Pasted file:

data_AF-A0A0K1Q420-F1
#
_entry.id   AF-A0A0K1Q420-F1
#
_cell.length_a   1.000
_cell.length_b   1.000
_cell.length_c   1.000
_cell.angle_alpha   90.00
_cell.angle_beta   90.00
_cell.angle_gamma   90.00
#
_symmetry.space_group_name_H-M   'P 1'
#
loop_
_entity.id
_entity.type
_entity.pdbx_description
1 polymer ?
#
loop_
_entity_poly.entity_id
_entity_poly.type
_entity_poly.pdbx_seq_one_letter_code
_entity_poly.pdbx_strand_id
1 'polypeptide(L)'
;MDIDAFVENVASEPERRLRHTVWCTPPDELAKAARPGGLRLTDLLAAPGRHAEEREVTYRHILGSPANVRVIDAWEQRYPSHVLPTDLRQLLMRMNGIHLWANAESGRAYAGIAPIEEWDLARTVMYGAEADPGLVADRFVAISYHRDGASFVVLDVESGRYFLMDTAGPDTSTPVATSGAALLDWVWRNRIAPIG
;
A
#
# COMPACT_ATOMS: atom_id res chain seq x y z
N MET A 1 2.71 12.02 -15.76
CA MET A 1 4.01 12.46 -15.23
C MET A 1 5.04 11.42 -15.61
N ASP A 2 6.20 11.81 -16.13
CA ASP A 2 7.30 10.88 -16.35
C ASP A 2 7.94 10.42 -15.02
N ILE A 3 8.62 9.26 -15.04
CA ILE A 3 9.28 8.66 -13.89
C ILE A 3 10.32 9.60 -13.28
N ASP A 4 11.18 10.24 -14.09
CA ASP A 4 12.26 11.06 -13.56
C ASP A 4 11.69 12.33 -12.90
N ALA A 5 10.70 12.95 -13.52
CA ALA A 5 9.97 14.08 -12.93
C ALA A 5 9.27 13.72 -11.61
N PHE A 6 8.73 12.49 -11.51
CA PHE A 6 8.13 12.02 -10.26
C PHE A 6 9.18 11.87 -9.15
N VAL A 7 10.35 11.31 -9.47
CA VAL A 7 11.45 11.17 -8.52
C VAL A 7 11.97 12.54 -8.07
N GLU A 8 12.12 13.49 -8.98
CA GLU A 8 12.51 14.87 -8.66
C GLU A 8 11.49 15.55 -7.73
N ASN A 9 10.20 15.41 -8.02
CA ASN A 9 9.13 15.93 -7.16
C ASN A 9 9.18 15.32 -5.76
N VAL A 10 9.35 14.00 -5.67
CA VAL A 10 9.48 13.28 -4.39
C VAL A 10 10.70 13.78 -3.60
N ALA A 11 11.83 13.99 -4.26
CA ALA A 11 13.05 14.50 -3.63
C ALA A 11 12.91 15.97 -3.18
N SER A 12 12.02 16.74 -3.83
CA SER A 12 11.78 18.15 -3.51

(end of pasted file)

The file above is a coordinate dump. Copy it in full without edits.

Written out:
data_AF-A0A0K1Q420-F1
#
_entry.id   AF-A0A0K1Q420-F1
#
_cell.length_a   1.000
_cell.length_b   1.000
_cell.length_c   1.000
_cell.angle_alpha   90.00
_cell.angle_beta   90.00
_cell.angle_gamma   90.00
#
_symmetry.space_group_name_H-M   'P 1'
#
loop_
_entity.id
_entity.type
_entity.pdbx_description
1 polymer ?
#
loop_
_entity_poly.entity_id
_entity_poly.type
_entity_poly.pdbx_seq_one_letter_code
_entity_poly.pdbx_strand_id
1 'polypeptide(L)'
;MDIDAFVENVASEPERRLRHTVWCTPPDELAKAARPGGLRLTDLLAAPGRHAEEREVTYRHILGSPANVRVIDAWEQRYPSHVLPTDLRQLLMRMNGIHLWANAESGRAYAGIAPIEEWDLARTVMYGAEADPGLVADRFVAISYHRDGASFVVLDVESGRYFLMDTAGPDTSTPVATSGAALLDWVWRNRIAPIG
;
A
#
# COMPACT_ATOMS: atom_id res chain seq x y z
N MET A 1 2.71 12.02 -15.76
CA MET A 1 4.01 12.46 -15.23
C MET A 1 5.04 11.42 -15.61
N ASP A 2 6.20 11.81 -16.13
CA ASP A 2 7.30 10.88 -16.35
C ASP A 2 7.94 10.42 -15.02
N ILE A 3 8.62 9.26 -15.04
CA ILE A 3 9.28 8.66 -13.89
C ILE A 3 10.32 9.60 -13.28
N ASP A 4 11.18 10.24 -14.09
CA ASP A 4 12.26 11.06 -13.56
C ASP A 4 11.69 12.33 -12.90
N ALA A 5 10.70 12.95 -13.52
CA ALA A 5 9.97 14.08 -12.93
C ALA A 5 9.27 13.72 -11.61
N PHE A 6 8.73 12.49 -11.51
CA PHE A 6 8.13 12.02 -10.26
C PHE A 6 9.18 11.87 -9.15
N VAL A 7 10.35 11.31 -9.47
CA VAL A 7 11.45 11.17 -8.52
C VAL A 7 11.97 12.54 -8.07
N GLU A 8 12.12 13.49 -8.98
CA GLU A 8 12.51 14.87 -8.66
C GLU A 8 11.49 15.55 -7.73
N ASN A 9 10.20 15.41 -8.02
CA ASN A 9 9.13 15.93 -7.16
C ASN A 9 9.18 15.32 -5.76
N VAL A 10 9.35 14.00 -5.67
CA VAL A 10 9.48 13.28 -4.39
C VAL A 10 10.70 13.78 -3.60
N ALA A 11 11.83 13.99 -4.26
CA ALA A 11 13.05 14.50 -3.63
C ALA A 11 12.91 15.97 -3.18
N SER A 12 12.02 16.74 -3.83
CA SER A 12 11.78 18.15 -3.51